Nuclear reaction dynamics group

Impact of nuclear structure on dark matter direct detection

Quantum many-body modelling of the atomic nucleus will help us understand how dark matter particles interact with atomic nuclei, as well as how many scattering events we can expect in underground laboratory search for dark matter. 

Professor Cedric Simenel

Understanding energy dissipation in colliding quantum many-body systems

This project aims to gain fundamental insights into the mechanisms of energy dissipation in nuclear collisions by making new measurements that will aid in the development of new models of nuclear fusion.

Dr Kaitlin Cook, Professor Mahananda Dasgupta, Emeritus Professor David Hinde

Nuclear vibrations in near-spherical and deformed nuclei

This project aims to discover if the long-held concept of low-energy nuclear vibrations holds true under scrutiny from Coulomb excitation and nucleon-transfer reactions. 

Professor Andrew Stuchbery, Professor Gregory Lane, Dr AJ Mitchell, Mr Ben Coombes

Towards a global understanding of nuclear fission

Improved understandings of nuclear fission is key for many areas of science, including heavy element formation in supernova and neutron-star mergers, making safer nuclear reactors, and the formation and properties of long-lived superheavy isotopes. Students involved in this project will further our understanding of fission across the chart of nuclides.

Dr Kaitlin Cook, Emeritus Professor David Hinde, Professor Mahananda Dasgupta

Measuring electric quadrupole moments - the shapes of atomic nuclei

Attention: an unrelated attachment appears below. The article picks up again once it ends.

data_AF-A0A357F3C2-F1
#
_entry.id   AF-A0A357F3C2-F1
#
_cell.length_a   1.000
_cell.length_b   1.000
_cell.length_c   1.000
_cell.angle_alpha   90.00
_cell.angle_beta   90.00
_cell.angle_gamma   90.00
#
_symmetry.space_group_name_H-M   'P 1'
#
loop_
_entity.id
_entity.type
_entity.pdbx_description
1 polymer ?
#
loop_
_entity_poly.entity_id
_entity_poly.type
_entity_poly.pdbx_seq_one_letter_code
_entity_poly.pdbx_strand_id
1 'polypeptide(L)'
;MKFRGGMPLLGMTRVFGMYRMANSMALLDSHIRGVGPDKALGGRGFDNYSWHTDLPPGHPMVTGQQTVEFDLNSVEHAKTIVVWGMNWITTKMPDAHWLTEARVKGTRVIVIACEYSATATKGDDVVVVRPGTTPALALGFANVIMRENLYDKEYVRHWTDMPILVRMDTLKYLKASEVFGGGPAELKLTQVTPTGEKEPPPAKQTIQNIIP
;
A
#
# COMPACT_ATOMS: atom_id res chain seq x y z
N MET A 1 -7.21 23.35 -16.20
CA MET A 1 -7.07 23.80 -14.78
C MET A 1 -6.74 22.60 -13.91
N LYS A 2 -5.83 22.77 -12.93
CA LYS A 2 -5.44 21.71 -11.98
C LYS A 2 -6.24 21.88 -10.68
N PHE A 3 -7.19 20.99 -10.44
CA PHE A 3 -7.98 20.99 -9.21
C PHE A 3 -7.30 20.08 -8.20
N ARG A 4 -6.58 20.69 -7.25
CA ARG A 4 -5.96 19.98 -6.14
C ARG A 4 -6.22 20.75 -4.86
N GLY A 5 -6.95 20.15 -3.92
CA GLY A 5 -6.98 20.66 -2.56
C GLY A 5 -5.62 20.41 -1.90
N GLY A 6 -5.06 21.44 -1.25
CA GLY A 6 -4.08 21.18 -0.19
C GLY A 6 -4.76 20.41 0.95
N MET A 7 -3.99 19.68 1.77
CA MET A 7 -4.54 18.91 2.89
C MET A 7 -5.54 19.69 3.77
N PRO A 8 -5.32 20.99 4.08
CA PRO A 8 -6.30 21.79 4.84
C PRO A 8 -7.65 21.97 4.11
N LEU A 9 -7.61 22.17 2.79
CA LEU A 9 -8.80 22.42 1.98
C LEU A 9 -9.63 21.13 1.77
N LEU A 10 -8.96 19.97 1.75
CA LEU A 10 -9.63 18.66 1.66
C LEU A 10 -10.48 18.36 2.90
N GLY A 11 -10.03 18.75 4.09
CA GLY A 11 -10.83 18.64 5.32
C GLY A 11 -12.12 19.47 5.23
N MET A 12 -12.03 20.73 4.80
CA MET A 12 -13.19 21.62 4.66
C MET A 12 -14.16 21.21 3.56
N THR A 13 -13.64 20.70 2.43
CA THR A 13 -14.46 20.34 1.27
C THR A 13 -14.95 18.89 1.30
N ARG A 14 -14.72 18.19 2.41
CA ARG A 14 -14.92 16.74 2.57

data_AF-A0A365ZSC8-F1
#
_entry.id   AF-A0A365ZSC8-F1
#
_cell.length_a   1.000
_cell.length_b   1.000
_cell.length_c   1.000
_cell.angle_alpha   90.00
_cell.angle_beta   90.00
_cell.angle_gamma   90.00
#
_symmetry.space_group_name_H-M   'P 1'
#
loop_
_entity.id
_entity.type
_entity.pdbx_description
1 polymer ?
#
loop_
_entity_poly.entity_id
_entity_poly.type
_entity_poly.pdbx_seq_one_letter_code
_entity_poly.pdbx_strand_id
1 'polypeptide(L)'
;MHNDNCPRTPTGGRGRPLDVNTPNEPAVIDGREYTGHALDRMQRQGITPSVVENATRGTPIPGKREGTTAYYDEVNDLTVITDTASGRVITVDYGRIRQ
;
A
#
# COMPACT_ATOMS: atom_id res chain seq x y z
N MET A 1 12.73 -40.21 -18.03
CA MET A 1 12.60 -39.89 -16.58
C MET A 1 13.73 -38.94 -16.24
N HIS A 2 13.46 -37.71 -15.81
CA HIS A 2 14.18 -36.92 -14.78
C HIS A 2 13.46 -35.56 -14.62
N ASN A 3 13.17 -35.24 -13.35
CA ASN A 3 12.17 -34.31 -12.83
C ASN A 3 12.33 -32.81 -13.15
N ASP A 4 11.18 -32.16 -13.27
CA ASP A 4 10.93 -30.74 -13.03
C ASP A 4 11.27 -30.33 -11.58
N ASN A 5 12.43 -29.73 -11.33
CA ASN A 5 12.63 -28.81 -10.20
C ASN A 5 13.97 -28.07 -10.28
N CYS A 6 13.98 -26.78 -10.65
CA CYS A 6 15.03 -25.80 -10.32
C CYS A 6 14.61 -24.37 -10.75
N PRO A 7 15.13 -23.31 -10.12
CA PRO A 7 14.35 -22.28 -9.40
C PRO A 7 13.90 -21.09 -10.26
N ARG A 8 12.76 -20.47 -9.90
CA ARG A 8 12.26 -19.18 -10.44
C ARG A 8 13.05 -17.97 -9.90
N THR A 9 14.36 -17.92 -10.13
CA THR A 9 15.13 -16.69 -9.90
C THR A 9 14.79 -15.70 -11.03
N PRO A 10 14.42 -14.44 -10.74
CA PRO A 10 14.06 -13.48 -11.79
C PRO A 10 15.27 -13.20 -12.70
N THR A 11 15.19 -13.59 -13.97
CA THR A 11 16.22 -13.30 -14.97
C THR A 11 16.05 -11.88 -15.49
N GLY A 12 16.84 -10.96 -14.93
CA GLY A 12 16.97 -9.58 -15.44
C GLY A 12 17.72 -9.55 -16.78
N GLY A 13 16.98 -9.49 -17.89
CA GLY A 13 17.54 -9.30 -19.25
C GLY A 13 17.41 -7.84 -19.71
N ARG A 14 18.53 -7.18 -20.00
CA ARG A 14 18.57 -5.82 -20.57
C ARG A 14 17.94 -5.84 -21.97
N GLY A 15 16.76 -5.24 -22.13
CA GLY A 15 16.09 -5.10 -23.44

New methods to determine the shapes of atomic nuclei via the measurement of their electric quadrupole moment are being developed. Most nuclei are prolate spheroids - shaped like an Australian Rules football. As well as giving a picture of the nucleus, the quadrupole moment is an important observable to test theory. 

Professor Andrew Stuchbery, Dr AJ Mitchell, Professor Gregory Lane, Mr Ben Coombes

Nuclear lifetimes - developing new apparatus and methods

The measurement of the lifetimes of excited nuclear states is foundational for understanding nuclear excitations. This project covers three measurement methods that together span the nuclear lifetime range from about 100 femtoseconds to many nanoseconds. The project can include equipment development, measurement, and the development of analysis methodology (programming and computation). 

Professor Andrew Stuchbery, Emeritus Professor Tibor Kibedi, Professor Gregory Lane, Mr Ben Coombes

Quantum drivers to nuclear fission

Large scale quantum many body simulations are performed to study the quantum shell effects that determine the final properties of the nuclear fission fragments. 

Professor Cedric Simenel

Nuclear structure studies with particle transfer reactions

This project will use nuclear reactions to study the basic make-up of atomic nuclei at the quantum level, and investigate the impact of nuclear structure on sub-atomic forces and fundamental physics. 

Dr AJ Mitchell, Professor Gregory Lane, Professor Andrew Stuchbery, Mr Ben Coombes

Machine learning approaches for nuclear fusion reactions

Proton-boron fusion has the potential to deliver limitless clean energy. This project will aims to understand the physics underpinng this important nuclear reaction by developing machine learning approaches to analyse complex reaction probabilities.

Dr Edward Simpson

Time dependence of nuclear fusion

This project will allow us to understand the time-dependence of quantum tunnelling and nuclear fusion.

Dr Edward Simpson